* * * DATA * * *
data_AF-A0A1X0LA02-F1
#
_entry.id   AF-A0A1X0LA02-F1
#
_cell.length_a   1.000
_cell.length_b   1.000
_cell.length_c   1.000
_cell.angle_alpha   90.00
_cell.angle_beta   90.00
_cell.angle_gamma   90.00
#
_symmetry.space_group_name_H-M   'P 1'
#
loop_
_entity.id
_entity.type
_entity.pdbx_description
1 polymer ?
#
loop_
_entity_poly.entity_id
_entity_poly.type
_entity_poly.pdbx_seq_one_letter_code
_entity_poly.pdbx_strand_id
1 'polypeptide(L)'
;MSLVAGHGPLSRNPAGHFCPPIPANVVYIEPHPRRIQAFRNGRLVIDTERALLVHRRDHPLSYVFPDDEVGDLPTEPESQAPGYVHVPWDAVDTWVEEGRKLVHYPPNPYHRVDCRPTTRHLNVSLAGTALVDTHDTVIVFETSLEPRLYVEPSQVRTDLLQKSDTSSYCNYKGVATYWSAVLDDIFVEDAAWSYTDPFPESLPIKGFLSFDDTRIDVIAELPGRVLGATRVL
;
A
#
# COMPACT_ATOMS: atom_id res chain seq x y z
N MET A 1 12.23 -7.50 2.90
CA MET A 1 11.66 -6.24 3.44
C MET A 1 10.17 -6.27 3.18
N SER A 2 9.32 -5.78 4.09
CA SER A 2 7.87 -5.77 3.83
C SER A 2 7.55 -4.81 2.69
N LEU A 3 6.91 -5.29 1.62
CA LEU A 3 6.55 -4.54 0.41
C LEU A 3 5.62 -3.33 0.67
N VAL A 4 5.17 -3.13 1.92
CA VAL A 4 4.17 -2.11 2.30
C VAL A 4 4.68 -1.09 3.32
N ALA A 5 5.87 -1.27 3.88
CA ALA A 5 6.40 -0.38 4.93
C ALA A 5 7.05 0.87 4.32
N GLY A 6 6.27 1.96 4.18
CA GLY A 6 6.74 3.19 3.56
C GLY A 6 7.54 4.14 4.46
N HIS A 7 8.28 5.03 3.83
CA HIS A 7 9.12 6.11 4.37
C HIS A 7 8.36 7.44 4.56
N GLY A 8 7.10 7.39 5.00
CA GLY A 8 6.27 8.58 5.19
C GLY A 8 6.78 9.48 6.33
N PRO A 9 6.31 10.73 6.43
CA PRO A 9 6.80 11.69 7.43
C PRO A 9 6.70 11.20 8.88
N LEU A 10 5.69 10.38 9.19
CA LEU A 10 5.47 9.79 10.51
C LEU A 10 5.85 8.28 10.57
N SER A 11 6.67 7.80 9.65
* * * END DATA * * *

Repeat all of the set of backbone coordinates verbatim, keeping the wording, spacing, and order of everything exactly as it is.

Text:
data_AF-A0A1X0LA02-F1
#
_entry.id   AF-A0A1X0LA02-F1
#
_cell.length_a   1.000
_cell.length_b   1.000
_cell.length_c   1.000
_cell.angle_alpha   90.00
_cell.angle_beta   90.00
_cell.angle_gamma   90.00
#
_symmetry.space_group_name_H-M   'P 1'
#
loop_
_entity.id
_entity.type
_entity.pdbx_description
1 polymer ?
#
loop_
_entity_poly.entity_id
_entity_poly.type
_entity_poly.pdbx_seq_one_letter_code
_entity_poly.pdbx_strand_id
1 'polypeptide(L)'
;MSLVAGHGPLSRNPAGHFCPPIPANVVYIEPHPRRIQAFRNGRLVIDTERALLVHRRDHPLSYVFPDDEVGDLPTEPESQAPGYVHVPWDAVDTWVEEGRKLVHYPPNPYHRVDCRPTTRHLNVSLAGTALVDTHDTVIVFETSLEPRLYVEPSQVRTDLLQKSDTSSYCNYKGVATYWSAVLDDIFVEDAAWSYTDPFPESLPIKGFLSFDDTRIDVIAELPGRVLGATRVL
;
A
#
# COMPACT_ATOMS: atom_id res chain seq x y z
N MET A 1 12.23 -7.50 2.90
CA MET A 1 11.66 -6.24 3.44
C MET A 1 10.17 -6.27 3.18
N SER A 2 9.32 -5.78 4.09
CA SER A 2 7.87 -5.77 3.83
C SER A 2 7.55 -4.81 2.69
N LEU A 3 6.91 -5.29 1.62
CA LEU A 3 6.55 -4.54 0.41
C LEU A 3 5.62 -3.33 0.67
N VAL A 4 5.17 -3.13 1.92
CA VAL A 4 4.17 -2.11 2.30
C VAL A 4 4.68 -1.09 3.32
N ALA A 5 5.87 -1.27 3.88
CA ALA A 5 6.40 -0.38 4.93
C ALA A 5 7.05 0.87 4.32
N GLY A 6 6.27 1.96 4.18
CA GLY A 6 6.74 3.19 3.56
C GLY A 6 7.54 4.14 4.46
N HIS A 7 8.28 5.03 3.83
CA HIS A 7 9.12 6.11 4.37
C HIS A 7 8.36 7.44 4.56
N GLY A 8 7.10 7.39 5.00
CA GLY A 8 6.27 8.58 5.19
C GLY A 8 6.78 9.48 6.33
N PRO A 9 6.31 10.73 6.43
CA PRO A 9 6.80 11.69 7.43
C PRO A 9 6.70 11.20 8.88
N LEU A 10 5.69 10.38 9.19
CA LEU A 10 5.47 9.79 10.51
C LEU A 10 5.85 8.28 10.57
N SER A 11 6.67 7.80 9.65